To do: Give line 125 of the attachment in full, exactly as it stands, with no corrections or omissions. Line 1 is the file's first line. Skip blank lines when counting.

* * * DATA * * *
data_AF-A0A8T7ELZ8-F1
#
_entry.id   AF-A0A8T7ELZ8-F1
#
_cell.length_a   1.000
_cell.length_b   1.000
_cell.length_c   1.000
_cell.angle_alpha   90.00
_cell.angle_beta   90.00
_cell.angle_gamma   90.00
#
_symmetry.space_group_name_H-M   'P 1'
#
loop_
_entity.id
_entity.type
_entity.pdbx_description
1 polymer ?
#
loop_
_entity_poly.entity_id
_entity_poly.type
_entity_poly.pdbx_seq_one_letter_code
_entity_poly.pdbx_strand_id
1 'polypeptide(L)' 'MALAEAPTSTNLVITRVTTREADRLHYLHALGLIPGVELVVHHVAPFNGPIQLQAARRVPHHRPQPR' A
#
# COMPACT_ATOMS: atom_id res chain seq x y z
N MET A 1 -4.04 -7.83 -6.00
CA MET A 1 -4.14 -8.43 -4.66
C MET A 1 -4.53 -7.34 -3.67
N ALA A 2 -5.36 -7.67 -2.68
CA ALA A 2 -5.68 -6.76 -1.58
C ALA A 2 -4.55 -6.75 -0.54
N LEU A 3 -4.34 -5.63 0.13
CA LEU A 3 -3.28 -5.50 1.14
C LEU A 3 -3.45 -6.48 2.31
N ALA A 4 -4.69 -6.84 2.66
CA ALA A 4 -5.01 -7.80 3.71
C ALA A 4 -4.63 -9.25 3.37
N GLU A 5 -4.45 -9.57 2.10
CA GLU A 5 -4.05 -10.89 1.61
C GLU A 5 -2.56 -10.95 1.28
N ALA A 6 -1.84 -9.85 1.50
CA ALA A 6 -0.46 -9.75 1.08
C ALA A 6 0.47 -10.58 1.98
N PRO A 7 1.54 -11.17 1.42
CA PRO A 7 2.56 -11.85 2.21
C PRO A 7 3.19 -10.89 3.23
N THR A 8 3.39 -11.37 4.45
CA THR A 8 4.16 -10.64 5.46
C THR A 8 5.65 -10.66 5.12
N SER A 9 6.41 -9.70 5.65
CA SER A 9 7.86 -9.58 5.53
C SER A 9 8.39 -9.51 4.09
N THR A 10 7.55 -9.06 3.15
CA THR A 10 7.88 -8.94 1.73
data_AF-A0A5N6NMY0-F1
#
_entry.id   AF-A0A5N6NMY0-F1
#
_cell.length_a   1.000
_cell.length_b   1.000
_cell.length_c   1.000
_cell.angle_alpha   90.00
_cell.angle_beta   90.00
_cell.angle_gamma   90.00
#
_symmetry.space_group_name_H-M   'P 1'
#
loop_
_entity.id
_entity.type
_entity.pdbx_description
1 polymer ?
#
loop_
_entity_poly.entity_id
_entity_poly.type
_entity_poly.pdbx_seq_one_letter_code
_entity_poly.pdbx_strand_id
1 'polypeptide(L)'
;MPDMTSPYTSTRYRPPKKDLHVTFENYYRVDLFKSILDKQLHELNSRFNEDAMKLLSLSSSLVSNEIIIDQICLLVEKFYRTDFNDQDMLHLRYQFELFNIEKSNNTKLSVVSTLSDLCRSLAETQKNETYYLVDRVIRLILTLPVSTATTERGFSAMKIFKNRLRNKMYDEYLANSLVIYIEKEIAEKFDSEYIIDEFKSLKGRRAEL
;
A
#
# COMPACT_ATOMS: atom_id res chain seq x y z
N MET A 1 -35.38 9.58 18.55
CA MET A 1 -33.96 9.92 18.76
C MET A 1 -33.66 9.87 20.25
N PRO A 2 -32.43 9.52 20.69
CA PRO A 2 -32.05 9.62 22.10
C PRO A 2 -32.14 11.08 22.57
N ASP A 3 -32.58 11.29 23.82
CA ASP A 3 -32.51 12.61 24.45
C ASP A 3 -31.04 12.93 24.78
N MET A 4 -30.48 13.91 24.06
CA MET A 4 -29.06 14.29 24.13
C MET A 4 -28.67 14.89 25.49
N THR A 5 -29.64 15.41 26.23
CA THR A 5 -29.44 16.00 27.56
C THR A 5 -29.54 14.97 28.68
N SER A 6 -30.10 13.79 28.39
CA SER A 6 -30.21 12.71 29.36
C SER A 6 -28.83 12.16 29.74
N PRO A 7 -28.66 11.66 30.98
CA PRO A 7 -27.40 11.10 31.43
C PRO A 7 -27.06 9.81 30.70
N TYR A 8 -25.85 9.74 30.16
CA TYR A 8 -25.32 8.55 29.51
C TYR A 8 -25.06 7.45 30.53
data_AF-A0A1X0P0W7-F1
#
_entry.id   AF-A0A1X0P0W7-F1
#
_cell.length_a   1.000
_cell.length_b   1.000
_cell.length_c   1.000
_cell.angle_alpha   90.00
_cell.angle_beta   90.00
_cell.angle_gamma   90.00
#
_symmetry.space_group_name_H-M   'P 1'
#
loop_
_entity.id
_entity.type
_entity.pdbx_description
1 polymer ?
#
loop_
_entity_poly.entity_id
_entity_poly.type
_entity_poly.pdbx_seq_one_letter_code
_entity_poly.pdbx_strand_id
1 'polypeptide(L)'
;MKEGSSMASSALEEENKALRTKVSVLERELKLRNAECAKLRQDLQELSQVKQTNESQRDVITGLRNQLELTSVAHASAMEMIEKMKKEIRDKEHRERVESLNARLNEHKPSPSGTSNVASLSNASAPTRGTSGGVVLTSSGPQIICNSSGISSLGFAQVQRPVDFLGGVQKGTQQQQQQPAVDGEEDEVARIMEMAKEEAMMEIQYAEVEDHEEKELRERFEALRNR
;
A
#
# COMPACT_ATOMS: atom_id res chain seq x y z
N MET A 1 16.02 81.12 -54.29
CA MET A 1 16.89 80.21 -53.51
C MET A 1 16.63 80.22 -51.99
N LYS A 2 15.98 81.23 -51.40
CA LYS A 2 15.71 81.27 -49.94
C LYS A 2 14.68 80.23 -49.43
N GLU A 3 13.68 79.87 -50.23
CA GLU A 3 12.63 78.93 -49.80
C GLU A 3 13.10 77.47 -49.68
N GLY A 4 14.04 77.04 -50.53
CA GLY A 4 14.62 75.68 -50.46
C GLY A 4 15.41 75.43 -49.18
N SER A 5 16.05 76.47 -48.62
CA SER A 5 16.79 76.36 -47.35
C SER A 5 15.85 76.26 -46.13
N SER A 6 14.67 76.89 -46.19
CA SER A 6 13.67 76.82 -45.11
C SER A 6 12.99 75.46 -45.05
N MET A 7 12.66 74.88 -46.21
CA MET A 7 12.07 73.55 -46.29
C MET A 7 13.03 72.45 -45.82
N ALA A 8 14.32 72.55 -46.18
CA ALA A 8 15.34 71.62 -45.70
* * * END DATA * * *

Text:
_entity.id